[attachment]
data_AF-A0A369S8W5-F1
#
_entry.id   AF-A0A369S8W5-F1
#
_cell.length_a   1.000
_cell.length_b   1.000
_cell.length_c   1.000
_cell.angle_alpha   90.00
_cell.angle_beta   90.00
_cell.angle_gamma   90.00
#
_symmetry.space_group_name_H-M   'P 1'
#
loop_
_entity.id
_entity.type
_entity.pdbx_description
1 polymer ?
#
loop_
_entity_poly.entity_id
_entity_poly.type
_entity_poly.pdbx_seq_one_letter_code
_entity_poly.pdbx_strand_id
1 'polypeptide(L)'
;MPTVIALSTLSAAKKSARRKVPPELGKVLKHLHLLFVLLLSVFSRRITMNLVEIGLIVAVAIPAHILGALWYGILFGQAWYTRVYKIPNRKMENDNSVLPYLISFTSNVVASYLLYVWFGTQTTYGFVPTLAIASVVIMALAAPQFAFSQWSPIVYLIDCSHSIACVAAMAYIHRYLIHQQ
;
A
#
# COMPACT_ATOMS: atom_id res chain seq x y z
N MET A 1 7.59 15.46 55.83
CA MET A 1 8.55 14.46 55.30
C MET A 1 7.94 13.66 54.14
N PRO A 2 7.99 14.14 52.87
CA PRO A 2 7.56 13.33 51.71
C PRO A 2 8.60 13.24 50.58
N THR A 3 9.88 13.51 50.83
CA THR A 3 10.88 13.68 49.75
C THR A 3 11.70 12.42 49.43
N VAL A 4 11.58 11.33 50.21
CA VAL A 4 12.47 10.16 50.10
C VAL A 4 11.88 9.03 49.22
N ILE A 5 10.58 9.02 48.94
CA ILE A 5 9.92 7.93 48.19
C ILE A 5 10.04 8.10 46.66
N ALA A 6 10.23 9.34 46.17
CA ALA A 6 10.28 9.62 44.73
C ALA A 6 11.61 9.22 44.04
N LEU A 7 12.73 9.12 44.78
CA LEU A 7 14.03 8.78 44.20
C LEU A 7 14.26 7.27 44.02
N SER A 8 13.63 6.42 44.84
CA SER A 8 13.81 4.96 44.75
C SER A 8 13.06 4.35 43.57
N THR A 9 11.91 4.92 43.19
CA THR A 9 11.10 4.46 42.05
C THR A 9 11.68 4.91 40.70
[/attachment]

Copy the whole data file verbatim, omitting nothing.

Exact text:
data_AF-A0A369S8W5-F1
#
_entry.id   AF-A0A369S8W5-F1
#
_cell.length_a   1.000
_cell.length_b   1.000
_cell.length_c   1.000
_cell.angle_alpha   90.00
_cell.angle_beta   90.00
_cell.angle_gamma   90.00
#
_symmetry.space_group_name_H-M   'P 1'
#
loop_
_entity.id
_entity.type
_entity.pdbx_description
1 polymer ?
#
loop_
_entity_poly.entity_id
_entity_poly.type
_entity_poly.pdbx_seq_one_letter_code
_entity_poly.pdbx_strand_id
1 'polypeptide(L)'
;MPTVIALSTLSAAKKSARRKVPPELGKVLKHLHLLFVLLLSVFSRRITMNLVEIGLIVAVAIPAHILGALWYGILFGQAWYTRVYKIPNRKMENDNSVLPYLISFTSNVVASYLLYVWFGTQTTYGFVPTLAIASVVIMALAAPQFAFSQWSPIVYLIDCSHSIACVAAMAYIHRYLIHQQ
;
A
#
# COMPACT_ATOMS: atom_id res chain seq x y z
N MET A 1 7.59 15.46 55.83
CA MET A 1 8.55 14.46 55.30
C MET A 1 7.94 13.66 54.14
N PRO A 2 7.99 14.14 52.87
CA PRO A 2 7.56 13.33 51.71
C PRO A 2 8.60 13.24 50.58
N THR A 3 9.88 13.51 50.83
CA THR A 3 10.88 13.68 49.75
C THR A 3 11.70 12.42 49.43
N VAL A 4 11.58 11.33 50.21
CA VAL A 4 12.47 10.16 50.10
C VAL A 4 11.88 9.03 49.22
N ILE A 5 10.58 9.02 48.94
CA ILE A 5 9.92 7.93 48.19
C ILE A 5 10.04 8.10 46.66
N ALA A 6 10.23 9.34 46.17
CA ALA A 6 10.28 9.62 44.73
C ALA A 6 11.61 9.22 44.04
N LEU A 7 12.73 9.12 44.78
CA LEU A 7 14.03 8.78 44.20
C LEU A 7 14.26 7.27 44.02
N SER A 8 13.63 6.42 44.84
CA SER A 8 13.81 4.96 44.75
C SER A 8 13.06 4.35 43.57
N THR A 9 11.91 4.92 43.19
CA THR A 9 11.10 4.46 42.05
C THR A 9 11.68 4.91 40.70